The present invention further provides “finishing” methods for removing conductive material from the edges of the unfinished thin-laminate panels in a manner that does not cause further smearing of the conductive material onto the dielectric layer. Preferably a CNC router having a vertically mounted router bit is used. To assure that conductive material from the conductive layers of an unfinished thin-laminate panel is not smeared onto the edges of the dielectric layer as a portion of the edge of the panel is removed, the rotation of the router bit is made to coincide with the plane defined by the surface of the panel. Additionally, the router bit has cutting edges that extend axially rather than spirally or helically, so that the cutting action is in the direction of the router bit rotation. Further, the router bit is not moved vertically relative to the plane of the panel at any point during the shearing process.
The present invention further provides securing apparatus or fixtures for securing one or more unfinished thin-laminate panels to a surface for removal of conductive material from the dielectric layer edges. The thin-laminate panels are mounted in the securing apparatus to shear the edges of the panels and produce the finished thin-laminate panels of the present invention. Such securing apparatus of the present invention allows the panels to be secured to a surface during the shearing process without the need to drill holes through or otherwise diminish useful portions of the panels.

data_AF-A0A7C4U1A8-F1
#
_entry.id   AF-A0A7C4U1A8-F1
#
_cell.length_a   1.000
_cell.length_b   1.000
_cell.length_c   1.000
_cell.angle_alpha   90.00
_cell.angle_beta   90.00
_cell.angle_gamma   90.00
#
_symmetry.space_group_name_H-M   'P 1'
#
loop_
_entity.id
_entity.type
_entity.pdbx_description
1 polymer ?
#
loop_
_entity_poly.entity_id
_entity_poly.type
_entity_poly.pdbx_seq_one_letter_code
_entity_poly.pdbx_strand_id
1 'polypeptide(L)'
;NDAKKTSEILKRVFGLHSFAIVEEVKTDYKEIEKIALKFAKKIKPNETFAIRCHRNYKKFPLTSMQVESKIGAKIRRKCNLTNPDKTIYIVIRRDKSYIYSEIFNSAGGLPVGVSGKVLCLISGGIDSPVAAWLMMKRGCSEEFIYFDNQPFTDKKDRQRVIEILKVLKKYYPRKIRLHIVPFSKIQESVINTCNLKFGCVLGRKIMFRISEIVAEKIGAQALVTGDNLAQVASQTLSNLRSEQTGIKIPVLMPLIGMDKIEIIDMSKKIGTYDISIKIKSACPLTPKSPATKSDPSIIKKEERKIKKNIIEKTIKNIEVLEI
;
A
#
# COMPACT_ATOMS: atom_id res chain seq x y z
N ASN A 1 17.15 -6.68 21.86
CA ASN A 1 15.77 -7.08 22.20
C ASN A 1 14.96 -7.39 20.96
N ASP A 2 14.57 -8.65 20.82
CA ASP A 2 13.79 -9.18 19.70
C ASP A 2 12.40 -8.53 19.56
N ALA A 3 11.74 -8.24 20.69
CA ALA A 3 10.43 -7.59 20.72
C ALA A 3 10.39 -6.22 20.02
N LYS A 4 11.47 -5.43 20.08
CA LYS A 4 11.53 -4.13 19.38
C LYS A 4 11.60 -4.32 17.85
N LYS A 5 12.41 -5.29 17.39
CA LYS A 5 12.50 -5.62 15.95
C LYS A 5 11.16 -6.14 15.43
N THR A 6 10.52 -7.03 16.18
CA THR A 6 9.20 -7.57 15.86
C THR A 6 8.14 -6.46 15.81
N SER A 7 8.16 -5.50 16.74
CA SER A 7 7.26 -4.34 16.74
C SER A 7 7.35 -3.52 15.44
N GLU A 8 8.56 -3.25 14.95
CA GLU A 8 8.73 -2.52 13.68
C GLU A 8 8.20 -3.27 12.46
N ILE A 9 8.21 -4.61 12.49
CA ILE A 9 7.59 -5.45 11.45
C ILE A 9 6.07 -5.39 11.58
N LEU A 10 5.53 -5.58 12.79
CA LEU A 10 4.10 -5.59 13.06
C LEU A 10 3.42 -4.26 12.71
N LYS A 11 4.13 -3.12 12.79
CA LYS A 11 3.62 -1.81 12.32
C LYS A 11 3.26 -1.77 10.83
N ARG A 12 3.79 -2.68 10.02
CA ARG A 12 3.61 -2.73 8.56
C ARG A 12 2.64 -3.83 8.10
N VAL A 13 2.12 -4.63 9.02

The foregoing and other objects, features, and advantages of the invention will become more apparent from the following detailed description of preferred embodiments which proceed with reference to the accompanying drawings.
The present invention provides “finished” thin-laminate panels. The thin-laminate panels include dielectric layers having thicknesses of about 0.006 inches or less and, preferably about 0.002 inches or less. The dielectric layers have conductive layers on either side thereof. The edges of the dielectric layers of the finished thin-laminate panels are free of conductive material.
As used herein, the term “finished” refers to the mechanical or abrasive removal of a portion of one or more edges of a thin-laminate panel or the mechanical, chemical, or abrasive removal of conductive material from one or more edges of the dielectric layer of a thin-laminate panel, such that the edges of the dielectric layer of the finished thin-laminate panel are free of conductive material.